In mid-November, Dolce & Gabbana, the Italian luxury fashion brand, launched three short videos on the Chinese social media network Weibo to promote its upcoming Shanghai runway extravaganza, dubbed "The Great Show," on Nov. 21.
The videos feature an Asian woman in a lavish Dolce & Gabbana dress attempting to eat pizza, spaghetti and cannoli. With Chinese folk music playing in the background, a Mandarin-speaking voiceover kicks in: "Welcome to the first episode of 'Eating with Chopsticks' by Dolce & Gabbana" — pronounced incorrectly on purpose in a way that mocks Chinese speech.
The male voice proceeds to mansplain how to "properly" eat the dishes. "Is it too big for you?" mocks the voiceover when the woman doesn't know what to do with the gigantic cannoli. "Let's use these small stick-like things to eat our great pizza margherita," he instructs in another video. "That's explicit racism," one person commented on Weibo. "D&G's stereotyping China. [The videos] only show the brand's outdated view about China."
Some believe boycotting the brand is necessary. "If we don't kick D&G out of China now, there will be many other foreign brands trampling on our Chinese dignity!" said an angry netizen.
Dolce & Gabbana's products disappeared from various Chinese e-commerce platforms late on Wednesday amid a spiralling backlash following a series of ads that were condemned as 'racist' by celebrities and on social media.
Earlier this week, the Italian fashion brand released a series of adverts in which a Chinese woman struggles to eat pizza and spaghetti with chopsticks, sparking criticism.
The blunder was compounded when screenshots were circulated online that appeared to show co-founder Stefano Gabbana making derogatory remarks about China.
Once the last of the 210 or so looks in this Alta Moda collection had retreated backstage—the finale alone took seven minutes—Domenico Dolce stood in the mirrored hall of Palazzo Litta, in Milan, to address the elephant in this beautiful room.
He told journalists: “China is yesterday. Today is another day . . . I know life can surprise you, in the good way and in the bad way. But not all days are roses. Sometimes when we have the worst day—and I am 60 years old now—I think sometimes that life, it wants to teach us something. You have to open the eyes, and open the heart, and you try and understand what life wants to tell you. And you try to understand. And the day after, you go on.”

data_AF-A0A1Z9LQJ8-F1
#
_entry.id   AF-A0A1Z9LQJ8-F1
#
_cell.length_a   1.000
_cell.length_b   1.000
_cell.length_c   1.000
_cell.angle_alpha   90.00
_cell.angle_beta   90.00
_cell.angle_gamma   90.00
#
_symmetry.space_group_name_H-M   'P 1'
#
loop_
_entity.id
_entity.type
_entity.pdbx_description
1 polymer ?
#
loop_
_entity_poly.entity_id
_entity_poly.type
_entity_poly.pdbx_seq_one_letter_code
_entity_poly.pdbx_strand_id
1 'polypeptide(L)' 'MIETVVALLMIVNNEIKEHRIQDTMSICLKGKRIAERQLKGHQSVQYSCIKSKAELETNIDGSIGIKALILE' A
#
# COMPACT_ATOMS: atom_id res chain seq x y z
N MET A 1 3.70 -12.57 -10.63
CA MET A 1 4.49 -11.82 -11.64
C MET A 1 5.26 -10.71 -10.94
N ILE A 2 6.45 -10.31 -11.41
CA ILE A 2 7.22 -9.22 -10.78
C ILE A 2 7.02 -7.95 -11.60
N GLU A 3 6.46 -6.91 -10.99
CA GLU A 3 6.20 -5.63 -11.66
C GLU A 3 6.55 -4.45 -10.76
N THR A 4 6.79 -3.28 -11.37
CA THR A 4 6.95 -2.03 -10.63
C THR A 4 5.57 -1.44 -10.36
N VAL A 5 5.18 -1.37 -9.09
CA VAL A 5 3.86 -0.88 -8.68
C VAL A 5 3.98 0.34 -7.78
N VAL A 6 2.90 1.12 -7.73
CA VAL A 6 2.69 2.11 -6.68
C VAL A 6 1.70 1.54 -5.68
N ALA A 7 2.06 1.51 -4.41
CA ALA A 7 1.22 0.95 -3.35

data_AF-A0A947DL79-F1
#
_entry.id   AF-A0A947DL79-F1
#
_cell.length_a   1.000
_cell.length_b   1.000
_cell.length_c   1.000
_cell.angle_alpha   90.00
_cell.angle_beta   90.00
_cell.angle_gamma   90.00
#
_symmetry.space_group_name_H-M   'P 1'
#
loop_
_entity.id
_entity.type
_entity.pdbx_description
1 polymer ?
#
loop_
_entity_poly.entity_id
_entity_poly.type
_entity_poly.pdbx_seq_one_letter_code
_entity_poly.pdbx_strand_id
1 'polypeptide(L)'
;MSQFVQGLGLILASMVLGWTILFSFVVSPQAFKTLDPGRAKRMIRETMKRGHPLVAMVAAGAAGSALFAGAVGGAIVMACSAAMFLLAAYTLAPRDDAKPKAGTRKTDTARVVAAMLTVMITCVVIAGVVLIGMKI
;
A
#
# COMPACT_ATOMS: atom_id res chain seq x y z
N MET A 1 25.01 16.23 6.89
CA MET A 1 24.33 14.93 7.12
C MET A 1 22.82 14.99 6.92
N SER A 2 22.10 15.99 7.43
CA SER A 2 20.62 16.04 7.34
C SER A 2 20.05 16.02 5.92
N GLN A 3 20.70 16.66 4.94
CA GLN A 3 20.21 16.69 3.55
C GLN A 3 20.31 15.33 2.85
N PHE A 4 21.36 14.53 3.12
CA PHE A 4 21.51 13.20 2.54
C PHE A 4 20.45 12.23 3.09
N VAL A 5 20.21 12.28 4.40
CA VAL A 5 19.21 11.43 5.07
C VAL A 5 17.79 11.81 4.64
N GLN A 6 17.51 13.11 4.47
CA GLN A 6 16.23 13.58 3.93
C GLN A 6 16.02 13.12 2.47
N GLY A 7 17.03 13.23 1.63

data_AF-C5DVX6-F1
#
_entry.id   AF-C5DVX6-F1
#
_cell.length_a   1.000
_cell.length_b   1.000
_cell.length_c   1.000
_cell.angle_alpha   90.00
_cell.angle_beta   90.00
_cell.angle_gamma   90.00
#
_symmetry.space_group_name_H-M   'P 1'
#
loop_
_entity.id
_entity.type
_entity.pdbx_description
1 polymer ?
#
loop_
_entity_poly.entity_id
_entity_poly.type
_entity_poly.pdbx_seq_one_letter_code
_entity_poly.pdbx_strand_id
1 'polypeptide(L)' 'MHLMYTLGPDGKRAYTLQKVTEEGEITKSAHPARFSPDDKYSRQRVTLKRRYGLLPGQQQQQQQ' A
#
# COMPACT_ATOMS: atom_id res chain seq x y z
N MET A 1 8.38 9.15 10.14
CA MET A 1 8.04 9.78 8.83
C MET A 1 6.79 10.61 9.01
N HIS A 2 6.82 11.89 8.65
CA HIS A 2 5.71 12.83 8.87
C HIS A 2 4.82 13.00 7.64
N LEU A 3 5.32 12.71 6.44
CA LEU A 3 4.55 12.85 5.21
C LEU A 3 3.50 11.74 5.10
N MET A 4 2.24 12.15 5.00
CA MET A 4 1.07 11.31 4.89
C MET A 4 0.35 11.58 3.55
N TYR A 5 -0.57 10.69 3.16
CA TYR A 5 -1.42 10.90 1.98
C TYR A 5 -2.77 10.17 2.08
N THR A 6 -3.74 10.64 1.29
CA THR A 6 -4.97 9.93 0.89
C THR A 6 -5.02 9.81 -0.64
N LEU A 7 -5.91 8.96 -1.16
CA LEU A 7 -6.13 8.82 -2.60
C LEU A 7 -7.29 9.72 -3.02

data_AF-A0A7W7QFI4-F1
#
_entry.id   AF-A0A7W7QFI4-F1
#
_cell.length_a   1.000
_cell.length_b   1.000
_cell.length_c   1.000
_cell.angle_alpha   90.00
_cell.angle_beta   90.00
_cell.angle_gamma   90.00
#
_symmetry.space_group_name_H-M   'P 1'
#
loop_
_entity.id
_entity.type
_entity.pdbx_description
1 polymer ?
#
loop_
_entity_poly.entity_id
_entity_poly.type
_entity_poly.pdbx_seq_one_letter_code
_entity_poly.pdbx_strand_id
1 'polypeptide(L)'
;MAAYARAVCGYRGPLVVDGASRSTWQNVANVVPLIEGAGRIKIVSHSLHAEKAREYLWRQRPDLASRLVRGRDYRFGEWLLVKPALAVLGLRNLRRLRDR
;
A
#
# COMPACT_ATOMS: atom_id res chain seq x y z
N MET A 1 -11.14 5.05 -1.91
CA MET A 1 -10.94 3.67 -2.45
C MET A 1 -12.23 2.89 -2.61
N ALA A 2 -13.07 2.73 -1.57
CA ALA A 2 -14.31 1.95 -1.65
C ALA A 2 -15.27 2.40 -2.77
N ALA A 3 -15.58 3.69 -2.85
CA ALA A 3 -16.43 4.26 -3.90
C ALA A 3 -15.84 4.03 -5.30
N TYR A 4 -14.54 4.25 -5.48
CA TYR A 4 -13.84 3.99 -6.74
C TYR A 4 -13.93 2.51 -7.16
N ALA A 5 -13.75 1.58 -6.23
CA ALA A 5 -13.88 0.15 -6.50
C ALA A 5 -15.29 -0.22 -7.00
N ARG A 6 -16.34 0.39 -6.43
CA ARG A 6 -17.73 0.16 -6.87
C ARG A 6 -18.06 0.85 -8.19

Not quite yesterday, but 17 days after the cancellation of its ready-to-wear show in Shanghai and 15 days after its filmed apology for the offense given to China and its citizens, Dolce & Gabbana today swerved from recent history to history relatively ancient. The subject of this collection of one-of-a-kind womenswear and menswear—much of which had already been purchased by the time the aftershow lunch was over by an audience of clients hailing from the United States, India, Russia, Canada, Angola, Germany, Singapore, Japan, and, perhaps surprisingly, mainland China—was more than 500 years old, conceived by the designers early this year, and yet seemed in many ways perfectly pertinent to now.
Italian fashion house Dolce & Gabbana’s brand image has taken a massive beating because of its controversial advertisement and co-founder Gabbana’s crude reaction on social media to the criticism, in which he mocked China as “a country of s***”, a YouGov survey has found.
The fallout from the “racist” ad, in which a Chinese model in a red D&G dress is trying to use chopsticks to eat pizza, spaghetti and a giant version of the Italian pastry cannoli, led to the company cancelling its Shanghai fashion show amid an onslaught of criticism from Chinese celebrities and internet users.
Dolce & Gabbana’s China faux pas shows global brands must tread gently on local sensitivities Even Chinese online shopping platforms such a Tmall, a business-to-consumer online retail site operated by Alibaba Group Holding and JD.com, among others, removed D&G items from their websites. Alibaba owns the South China Morning Post.
D&G has since deleted the insensitive ads from their official Instagram account. The company’s two founders also apologised in a video post saying “sorry” in Mandarin five days after the fracas first erupted.